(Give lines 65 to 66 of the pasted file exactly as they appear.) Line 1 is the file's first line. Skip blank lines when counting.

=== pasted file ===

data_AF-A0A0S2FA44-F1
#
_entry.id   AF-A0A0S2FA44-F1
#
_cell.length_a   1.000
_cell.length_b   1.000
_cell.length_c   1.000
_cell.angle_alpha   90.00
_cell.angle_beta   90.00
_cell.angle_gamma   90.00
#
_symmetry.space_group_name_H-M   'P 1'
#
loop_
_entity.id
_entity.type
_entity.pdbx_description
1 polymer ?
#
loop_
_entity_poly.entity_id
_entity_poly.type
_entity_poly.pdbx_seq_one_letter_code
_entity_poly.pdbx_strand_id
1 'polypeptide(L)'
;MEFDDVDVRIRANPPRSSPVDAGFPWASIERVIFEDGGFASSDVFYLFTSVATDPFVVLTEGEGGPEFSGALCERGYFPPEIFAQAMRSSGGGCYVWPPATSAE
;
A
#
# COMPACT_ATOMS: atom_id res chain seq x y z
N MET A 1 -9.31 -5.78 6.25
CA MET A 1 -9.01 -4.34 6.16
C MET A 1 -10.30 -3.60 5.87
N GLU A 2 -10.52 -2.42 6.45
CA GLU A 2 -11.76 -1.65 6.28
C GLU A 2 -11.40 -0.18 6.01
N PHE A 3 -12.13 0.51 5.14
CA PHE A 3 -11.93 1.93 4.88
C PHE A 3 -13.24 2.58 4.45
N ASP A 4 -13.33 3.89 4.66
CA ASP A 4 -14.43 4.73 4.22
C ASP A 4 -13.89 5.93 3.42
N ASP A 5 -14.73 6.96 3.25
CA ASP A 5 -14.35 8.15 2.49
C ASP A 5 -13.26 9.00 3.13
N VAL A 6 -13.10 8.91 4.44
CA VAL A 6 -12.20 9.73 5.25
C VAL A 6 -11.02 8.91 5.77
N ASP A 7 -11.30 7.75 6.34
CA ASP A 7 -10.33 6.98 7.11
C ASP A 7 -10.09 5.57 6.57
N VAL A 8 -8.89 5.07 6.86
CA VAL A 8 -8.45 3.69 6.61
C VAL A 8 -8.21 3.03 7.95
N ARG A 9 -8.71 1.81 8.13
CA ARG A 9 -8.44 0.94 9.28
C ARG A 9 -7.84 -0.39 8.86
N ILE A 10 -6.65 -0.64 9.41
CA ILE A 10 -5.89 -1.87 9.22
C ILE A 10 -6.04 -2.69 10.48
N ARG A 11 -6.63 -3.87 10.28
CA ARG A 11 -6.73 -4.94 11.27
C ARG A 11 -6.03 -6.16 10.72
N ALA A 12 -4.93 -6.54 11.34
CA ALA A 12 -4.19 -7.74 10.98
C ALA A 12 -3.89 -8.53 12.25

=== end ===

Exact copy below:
CA ALA A 12 -4.19 -7.74 10.98
C ALA A 12 -3.89 -8.53 12.25